California’s Master Plan for Higher Education is sorely inadequate for meeting the needs of students and employers here, according to educational researchers at the
Their report, to be issued Tuesday, criticized what seemed to its authors to be disorganized and uncoordinated financing, tuition and aid policies at UC, Cal State and community colleges. Community college students find too many roadblocks in their efforts to transfer to a Cal State or UC, the study said.
And career-technical training is underfunded and often marginalized at community colleges, said the report by the Institute for Research on Higher Education at Penn's Graduate School of Education.
"If current trends continue, the state will experience severe shortfalls in the number of people with the workforce certificates and degrees necessary to ensure prosperity and social mobility for the majority of Californians," the report said.
The sheer size of California's population and its influential role in the nation's economy make reform of its higher education policies a national issue, according to University of Pennsylvania education professor Joni Finney, the lead author who oversaw a group of graduate students researching the study.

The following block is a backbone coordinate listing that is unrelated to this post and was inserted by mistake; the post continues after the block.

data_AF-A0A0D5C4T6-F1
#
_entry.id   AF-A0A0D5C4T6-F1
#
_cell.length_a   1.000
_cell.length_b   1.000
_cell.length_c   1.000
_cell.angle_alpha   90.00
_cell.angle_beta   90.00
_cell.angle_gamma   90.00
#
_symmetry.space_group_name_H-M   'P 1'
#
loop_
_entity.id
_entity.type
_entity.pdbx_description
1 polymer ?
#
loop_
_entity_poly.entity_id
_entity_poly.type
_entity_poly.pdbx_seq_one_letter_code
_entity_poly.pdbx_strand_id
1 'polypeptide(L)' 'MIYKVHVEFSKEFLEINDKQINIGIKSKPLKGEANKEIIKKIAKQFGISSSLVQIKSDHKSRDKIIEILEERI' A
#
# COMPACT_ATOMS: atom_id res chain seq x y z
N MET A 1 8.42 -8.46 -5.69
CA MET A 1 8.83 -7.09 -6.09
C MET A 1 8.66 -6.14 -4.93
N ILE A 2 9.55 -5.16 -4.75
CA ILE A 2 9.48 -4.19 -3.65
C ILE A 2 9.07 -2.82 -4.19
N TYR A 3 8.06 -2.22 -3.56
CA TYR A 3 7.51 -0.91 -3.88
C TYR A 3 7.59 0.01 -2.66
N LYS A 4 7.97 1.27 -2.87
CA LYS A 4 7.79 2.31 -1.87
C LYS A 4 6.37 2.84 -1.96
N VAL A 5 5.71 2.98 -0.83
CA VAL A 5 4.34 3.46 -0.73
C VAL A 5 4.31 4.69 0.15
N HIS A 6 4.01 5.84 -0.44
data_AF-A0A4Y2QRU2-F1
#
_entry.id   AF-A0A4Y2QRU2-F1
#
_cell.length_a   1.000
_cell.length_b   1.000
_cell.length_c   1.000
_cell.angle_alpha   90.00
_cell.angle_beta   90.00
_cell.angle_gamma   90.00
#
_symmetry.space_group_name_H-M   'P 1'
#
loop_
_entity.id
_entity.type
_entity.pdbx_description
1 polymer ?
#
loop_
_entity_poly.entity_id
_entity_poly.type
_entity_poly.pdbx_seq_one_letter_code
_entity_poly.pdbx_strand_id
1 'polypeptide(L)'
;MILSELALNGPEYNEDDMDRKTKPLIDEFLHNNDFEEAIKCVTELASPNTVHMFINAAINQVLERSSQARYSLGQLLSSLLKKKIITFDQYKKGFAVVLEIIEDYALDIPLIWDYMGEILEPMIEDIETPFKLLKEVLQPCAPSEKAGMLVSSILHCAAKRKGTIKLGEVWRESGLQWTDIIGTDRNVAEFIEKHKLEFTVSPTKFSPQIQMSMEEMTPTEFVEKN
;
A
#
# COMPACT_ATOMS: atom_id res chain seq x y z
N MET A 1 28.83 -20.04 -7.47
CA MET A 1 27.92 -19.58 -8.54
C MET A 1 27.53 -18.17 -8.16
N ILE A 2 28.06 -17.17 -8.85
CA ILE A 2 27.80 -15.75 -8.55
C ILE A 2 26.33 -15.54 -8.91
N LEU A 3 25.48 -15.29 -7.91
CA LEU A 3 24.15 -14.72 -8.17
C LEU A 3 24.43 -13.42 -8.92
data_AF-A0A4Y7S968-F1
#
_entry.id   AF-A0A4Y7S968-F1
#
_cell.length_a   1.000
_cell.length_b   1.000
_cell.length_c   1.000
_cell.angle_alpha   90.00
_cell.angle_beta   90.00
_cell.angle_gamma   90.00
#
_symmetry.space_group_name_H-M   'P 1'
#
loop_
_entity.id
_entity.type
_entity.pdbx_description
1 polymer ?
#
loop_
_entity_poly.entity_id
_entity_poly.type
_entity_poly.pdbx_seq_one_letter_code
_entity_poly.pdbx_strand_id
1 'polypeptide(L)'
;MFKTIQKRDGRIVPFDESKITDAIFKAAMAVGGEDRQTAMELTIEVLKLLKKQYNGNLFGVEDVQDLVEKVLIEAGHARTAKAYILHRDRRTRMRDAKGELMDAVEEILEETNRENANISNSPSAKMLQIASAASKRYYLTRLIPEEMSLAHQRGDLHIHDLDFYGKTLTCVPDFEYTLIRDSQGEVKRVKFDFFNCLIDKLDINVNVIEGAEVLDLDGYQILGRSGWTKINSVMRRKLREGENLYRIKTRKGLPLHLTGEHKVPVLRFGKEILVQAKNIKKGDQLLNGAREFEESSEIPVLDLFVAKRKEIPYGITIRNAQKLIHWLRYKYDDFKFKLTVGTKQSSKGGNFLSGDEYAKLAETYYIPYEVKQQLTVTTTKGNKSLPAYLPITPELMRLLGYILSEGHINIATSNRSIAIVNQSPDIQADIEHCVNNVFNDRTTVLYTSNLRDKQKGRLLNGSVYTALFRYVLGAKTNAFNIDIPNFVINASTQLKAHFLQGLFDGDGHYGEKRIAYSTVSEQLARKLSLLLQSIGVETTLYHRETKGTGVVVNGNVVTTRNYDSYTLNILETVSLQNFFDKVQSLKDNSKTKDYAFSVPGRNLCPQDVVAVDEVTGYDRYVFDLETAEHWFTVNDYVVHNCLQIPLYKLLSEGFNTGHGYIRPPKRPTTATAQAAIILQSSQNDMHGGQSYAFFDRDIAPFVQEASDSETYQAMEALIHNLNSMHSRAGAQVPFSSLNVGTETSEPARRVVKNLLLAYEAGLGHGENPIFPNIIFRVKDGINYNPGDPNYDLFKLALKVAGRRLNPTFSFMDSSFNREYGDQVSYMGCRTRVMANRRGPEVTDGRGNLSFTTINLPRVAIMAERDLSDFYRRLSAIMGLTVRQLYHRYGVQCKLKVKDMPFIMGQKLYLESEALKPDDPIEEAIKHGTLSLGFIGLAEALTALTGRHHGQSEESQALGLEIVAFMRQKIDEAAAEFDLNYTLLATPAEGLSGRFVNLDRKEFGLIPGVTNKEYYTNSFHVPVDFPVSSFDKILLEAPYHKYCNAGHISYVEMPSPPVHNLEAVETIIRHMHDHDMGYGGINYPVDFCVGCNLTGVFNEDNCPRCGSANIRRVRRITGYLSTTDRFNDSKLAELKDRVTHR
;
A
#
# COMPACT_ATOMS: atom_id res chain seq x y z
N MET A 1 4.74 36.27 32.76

"From Master Plan to Mediocrity: Higher Education Performance and Policy in California" does not offer specific suggestions on ways to fix the system of public colleges and universities. But it lays out guidelines such as developing predictable tuition levels that would not swing from huge increases to freezes and back again, and making the pathway for transferring to universities more understandable for community college students.
The state’s 1960 Master Plan for Higher Education established different roles and student enrollment criteria for each of the three sectors, such as reserving most doctoral level and professional education for UC and allowing open access to community colleges. Although it was revered for decades as pushing California schools ahead of many other states, recently officials, including Gov.
Finney, in an interview, said the master plan now "is really inhibiting the progress of the state." The plan succeeded very well in establishing new colleges and universities and expanding their capacity for the baby boom era, but now it is time to reform it "for a very different time, different needs and very different people," she said.